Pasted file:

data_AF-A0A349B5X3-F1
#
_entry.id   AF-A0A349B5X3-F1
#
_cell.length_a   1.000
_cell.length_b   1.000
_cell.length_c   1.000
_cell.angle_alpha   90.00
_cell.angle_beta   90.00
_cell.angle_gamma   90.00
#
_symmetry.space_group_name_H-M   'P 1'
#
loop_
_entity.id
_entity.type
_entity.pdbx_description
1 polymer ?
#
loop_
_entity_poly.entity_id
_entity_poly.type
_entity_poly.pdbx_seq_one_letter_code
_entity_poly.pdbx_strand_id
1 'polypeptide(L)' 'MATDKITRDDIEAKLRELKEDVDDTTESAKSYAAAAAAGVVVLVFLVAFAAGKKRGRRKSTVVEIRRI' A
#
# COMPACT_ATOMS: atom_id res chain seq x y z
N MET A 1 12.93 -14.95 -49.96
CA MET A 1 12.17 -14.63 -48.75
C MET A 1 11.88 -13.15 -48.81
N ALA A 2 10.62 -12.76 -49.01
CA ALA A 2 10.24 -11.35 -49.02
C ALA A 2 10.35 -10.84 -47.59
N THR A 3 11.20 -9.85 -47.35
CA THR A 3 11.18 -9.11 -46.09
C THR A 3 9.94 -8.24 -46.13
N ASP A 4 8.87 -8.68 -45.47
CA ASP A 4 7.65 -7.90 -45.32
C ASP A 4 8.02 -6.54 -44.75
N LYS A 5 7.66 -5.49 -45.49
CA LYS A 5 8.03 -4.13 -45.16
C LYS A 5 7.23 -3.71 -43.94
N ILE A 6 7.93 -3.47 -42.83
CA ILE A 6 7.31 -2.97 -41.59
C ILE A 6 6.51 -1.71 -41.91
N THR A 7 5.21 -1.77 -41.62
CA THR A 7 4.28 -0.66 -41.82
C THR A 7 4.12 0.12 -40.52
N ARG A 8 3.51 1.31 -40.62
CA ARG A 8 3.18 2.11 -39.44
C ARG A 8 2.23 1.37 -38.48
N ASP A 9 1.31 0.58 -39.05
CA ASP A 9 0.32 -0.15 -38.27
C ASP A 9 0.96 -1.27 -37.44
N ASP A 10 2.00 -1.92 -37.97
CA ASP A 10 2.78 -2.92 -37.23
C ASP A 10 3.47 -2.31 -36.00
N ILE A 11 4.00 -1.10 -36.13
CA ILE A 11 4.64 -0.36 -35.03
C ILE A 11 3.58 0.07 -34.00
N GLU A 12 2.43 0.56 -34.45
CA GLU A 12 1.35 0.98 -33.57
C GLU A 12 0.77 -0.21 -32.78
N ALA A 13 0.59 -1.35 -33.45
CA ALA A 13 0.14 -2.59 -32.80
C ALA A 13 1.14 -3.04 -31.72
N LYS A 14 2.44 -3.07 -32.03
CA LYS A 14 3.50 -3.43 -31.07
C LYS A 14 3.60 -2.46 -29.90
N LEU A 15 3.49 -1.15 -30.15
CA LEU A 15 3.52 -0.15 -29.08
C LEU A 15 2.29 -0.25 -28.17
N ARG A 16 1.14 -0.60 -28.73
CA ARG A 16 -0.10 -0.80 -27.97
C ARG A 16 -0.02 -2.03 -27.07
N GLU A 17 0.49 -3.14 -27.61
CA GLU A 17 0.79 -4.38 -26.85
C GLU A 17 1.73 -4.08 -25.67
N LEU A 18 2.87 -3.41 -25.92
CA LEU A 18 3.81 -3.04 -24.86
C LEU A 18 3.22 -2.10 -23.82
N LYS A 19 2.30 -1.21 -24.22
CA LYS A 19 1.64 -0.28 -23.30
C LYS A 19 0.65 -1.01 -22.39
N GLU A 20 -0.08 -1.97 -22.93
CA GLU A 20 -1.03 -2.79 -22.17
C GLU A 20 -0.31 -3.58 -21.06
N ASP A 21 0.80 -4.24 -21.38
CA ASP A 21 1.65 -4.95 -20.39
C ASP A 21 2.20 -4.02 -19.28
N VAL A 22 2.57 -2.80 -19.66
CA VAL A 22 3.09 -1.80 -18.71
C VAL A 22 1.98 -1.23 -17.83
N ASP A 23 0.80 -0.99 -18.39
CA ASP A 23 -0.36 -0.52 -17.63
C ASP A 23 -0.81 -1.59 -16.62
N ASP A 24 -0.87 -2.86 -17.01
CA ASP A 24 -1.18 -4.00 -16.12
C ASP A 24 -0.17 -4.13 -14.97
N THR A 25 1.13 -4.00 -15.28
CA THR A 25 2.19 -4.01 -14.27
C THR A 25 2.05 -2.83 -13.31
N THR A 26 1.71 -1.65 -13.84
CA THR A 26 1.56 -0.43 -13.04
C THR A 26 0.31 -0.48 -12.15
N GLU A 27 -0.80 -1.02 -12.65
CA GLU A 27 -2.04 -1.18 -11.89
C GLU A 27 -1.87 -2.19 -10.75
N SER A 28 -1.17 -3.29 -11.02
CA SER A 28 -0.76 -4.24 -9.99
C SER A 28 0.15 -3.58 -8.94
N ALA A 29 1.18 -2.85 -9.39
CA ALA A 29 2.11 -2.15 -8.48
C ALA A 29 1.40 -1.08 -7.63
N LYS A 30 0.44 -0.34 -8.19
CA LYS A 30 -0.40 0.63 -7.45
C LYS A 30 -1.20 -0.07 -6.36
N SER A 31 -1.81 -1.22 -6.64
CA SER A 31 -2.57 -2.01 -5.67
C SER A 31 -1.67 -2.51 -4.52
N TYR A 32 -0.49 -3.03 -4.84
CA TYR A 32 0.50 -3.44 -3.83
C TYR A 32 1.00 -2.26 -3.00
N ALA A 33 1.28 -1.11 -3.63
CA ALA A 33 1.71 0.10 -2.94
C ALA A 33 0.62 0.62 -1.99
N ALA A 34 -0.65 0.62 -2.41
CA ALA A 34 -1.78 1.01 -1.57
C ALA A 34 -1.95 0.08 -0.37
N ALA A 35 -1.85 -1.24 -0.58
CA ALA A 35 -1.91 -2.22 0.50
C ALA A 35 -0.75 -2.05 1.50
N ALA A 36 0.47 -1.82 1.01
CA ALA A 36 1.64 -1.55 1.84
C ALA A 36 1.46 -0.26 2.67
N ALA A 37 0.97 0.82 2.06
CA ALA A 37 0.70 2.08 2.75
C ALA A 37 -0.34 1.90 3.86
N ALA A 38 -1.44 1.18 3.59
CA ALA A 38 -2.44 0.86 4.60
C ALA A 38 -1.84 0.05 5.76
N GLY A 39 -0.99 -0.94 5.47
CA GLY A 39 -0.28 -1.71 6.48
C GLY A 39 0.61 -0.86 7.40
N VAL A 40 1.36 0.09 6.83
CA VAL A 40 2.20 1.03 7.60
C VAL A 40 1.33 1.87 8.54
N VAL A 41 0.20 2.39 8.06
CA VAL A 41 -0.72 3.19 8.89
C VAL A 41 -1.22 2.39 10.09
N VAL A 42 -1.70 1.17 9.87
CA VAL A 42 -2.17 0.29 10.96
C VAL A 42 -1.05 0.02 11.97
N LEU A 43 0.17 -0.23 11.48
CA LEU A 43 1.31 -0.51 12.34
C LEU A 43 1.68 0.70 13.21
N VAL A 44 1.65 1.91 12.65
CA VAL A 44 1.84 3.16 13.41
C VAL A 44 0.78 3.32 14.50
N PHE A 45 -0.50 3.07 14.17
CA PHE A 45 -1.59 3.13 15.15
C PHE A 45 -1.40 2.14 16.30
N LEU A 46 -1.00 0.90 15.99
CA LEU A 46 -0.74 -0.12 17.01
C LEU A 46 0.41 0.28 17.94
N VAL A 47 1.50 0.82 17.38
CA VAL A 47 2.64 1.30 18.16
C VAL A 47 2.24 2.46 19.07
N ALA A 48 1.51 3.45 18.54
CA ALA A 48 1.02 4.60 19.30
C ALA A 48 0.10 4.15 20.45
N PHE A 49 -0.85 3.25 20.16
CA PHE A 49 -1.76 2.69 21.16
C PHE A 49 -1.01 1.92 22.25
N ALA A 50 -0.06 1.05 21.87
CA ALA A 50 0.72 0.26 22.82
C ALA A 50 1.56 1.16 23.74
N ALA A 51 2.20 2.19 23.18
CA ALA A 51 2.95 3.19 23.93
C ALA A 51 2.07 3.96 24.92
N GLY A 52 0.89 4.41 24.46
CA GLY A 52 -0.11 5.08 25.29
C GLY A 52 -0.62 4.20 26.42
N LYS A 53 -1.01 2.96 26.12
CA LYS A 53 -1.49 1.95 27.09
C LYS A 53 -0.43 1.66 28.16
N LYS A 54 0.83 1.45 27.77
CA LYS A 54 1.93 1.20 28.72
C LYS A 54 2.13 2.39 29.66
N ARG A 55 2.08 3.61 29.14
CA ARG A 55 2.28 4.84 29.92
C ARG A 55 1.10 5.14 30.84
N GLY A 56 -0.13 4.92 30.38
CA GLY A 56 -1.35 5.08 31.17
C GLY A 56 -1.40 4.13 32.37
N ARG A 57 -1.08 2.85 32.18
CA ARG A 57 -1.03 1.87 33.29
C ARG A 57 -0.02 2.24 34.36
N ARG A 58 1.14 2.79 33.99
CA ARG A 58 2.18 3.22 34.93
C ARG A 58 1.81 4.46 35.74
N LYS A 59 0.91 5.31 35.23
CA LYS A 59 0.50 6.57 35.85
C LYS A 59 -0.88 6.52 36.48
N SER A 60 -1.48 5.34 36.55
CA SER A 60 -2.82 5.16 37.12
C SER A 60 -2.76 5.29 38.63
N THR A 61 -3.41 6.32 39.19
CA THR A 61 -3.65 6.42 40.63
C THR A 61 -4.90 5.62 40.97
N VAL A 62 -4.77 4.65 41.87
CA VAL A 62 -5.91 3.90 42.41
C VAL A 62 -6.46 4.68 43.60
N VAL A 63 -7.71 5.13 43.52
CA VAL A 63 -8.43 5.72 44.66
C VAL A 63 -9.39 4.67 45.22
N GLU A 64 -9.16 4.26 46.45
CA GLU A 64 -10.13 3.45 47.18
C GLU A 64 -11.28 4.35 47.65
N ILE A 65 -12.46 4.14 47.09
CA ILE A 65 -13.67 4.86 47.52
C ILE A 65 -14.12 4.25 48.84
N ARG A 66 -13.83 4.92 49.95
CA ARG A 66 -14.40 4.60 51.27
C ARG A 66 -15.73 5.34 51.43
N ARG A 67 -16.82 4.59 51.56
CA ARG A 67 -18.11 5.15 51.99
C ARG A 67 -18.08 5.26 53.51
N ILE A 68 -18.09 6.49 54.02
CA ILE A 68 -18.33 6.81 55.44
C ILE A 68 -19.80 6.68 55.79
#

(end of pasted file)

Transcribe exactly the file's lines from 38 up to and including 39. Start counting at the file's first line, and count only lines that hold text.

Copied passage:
CA ASP A 4 7.65 -7.90 -45.32
C ASP A 4 8.02 -6.54 -44.75